Brave Thinking and Big Ambitions


The V&A Museum opened in Dundee in 2018, design by Kengo Kuma

Today am inspired by a conversation this week about brave thinking and big ambitions.

I love to work with brave leaders. One of the four characteristics of people who choose to work with me (see the BeMoreYou page) is that they are brave. At it says on that page:

Be Brave.
Bravery means you’re open to being uncomfortable, to stretching, as that’s where the growth lies. If you’re not uncomfortable, you’re playing it too safe.

Bravery is a virtuous circle. When you embrace your full potential (discomfort and all). Your vision becomes clearer and your confidence increases, even in the face of uncertainty.

So, let’s talk today about some examples of Brave Thinking leading to Big Ambition for organisations and businesses. May it inspired your own brave thinking and help you conceive and achieve your big ambitions for yourself, for your organisation.

Brave Thinking and Big Ambition

“A million dollars isn’t cool. You know what’s cool? A billion dollars”

This line was said by Sean Parker to Mark Zuckerberg in the movie The Social Network (see video link here) at the early stages of Facebook when the young college students came to the founder of Napster for advice and he asked them how big their ambition was and they said a million dollars.

Brave thinking from Sean Parker led them to look to a much bigger ambition, driving the results we then saw from Facebook.

Transforming the city of Dundee

The photo at the top of this post is of the V&A Museum that opened in 2018 in the city of Dundee.

One of my longtime friends is an inspiring and massively ambitious and purpose-led business leader who hails from and is immensely proud of Dundee. I remember visiting him there quite a number of years ago. In that specific conversation he reflected upon how Dundee, despite a proud business and industrial heritage, now had a very poor reputation in many ways in other cities in Scotland, not only making it hard to recruit staff for the several thriving and burgeoning industries there, but also lowering the pride and confidence of the people of the city in the place they called home.

Fast forward a few years and a group of passionate advocates for Dundee had collaborated and brought forth some truly brave thinking that created a brave ambition.

Their brave thinking will have been along the lines of “what will it take to really shift pride, confidence and belief in Dundee?”. They then looked at the assets they had, with one of those being the geography of their waterfront area. Someone will then have said “has anyone been to Bilbao? It is an industrial city that is also struggling, yet attracting a Guggenheim museum has really transformed things for them”.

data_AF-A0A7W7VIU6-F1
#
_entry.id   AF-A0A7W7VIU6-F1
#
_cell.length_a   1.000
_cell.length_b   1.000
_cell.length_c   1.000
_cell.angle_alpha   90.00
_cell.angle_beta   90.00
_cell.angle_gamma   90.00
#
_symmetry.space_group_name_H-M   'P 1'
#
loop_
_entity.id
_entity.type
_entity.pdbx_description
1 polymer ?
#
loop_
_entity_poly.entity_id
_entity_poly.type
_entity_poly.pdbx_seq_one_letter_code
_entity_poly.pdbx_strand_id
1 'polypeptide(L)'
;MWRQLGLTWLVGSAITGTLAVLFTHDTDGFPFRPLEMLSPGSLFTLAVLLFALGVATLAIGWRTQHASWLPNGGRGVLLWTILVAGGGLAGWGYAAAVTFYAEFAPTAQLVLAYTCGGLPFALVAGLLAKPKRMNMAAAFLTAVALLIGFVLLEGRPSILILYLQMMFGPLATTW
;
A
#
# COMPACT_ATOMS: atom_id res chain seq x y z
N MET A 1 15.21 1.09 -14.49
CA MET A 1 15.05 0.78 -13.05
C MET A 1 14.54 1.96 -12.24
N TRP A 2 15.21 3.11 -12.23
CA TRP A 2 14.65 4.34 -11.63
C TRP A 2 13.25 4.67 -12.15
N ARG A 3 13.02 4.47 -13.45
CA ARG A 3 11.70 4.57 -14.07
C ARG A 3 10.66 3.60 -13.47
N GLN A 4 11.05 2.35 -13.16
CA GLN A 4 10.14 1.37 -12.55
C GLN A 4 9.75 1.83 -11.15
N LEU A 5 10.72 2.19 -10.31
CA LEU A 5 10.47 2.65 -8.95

So, somehow they attracted the V&A Museum to Dundee to anchor the waterfront. The choice of the V&A was a masterstroke, as it is a Design museum and so they already built and ran multiple programmes for and with the city around design of community, social connections etc, as design is about far more than objects.

Beyond the choice of the V&A as the anchor for the waterfront, I was literally jumping with excitement when the winner of the architectural competition was the truly awe-inspiring design by Kengo Kuma. I remember walking out of Dundee railway station at 7:30am on a cold and sunny morning in December 2017 and the first thing I saw was the completed museum building. I literally stopped for several minutes, frozen in awe and joy!

So, now with the V&A anchoring Dundee, when one visits you can almost tangibly feel the growth in pride and confidence in the city. No surprise, then, to see investment flooding in to the city, as well as it making Lonely Planet’s list of Top 10 European desinations for 2018.

Brave thinking, big ambition, transformative results.

World class ambition for world class heritage – Hill House

I mentioned at the top of this post that a conversation this week inspired this post.

That conversation was with a senior leader at the National Trust for Scotland (NTS).

This leader noted to me later by email :

“I am ambitious for the National Trust for Scotland. We look after 76,000 hectares of land, over 300,000 artefacts, 245 miles of mountain paths, 400 islands and islets, 10,000 archaeological sites and 8 national nature reserves – amongst much else! We do this so that our natural, built and cultural heritage is promoted and protected, we do this as a charity, we do it for the love of Scotland.”

They are also looking, in doing this, to “push boundaries, big ideas, challenge to make a step change”.

I am a Scot and have always loved the National Trust for Scotland and wow, do they have such great and beautiful assets to promote and protect.

One of my absolute favourites, and reflecting my love of design, is a masterwork by the brilliant architect and designer Charles Rennie Mackintosh, called Hill House.

Hill House has been suffering from damp in the walls for some years, so needed to be renovated and protected. Rather than use conventional means, the NTS did some brave thinking and came up with a big ambition.

They called it the Hill House Box. Unoriginal, but hey, look at it!


For more on the scope of this, watch this short video, Truly impressive!

“Rennie Mac” is a globally recognised genius of architecture and design, Hill House is a masterpiece. The box around Hill House fully recognises and even augments this. I love it.

Now, off the back of the meeting I had with this brave and ambitious NTS leader, I then connected her to my friend in Dundee to talk brave thinking and big ambition. Excited to hear what comes from that!

Brave thinking and big ambition.

I hope this post stimulates yours.

Also published on Medium.

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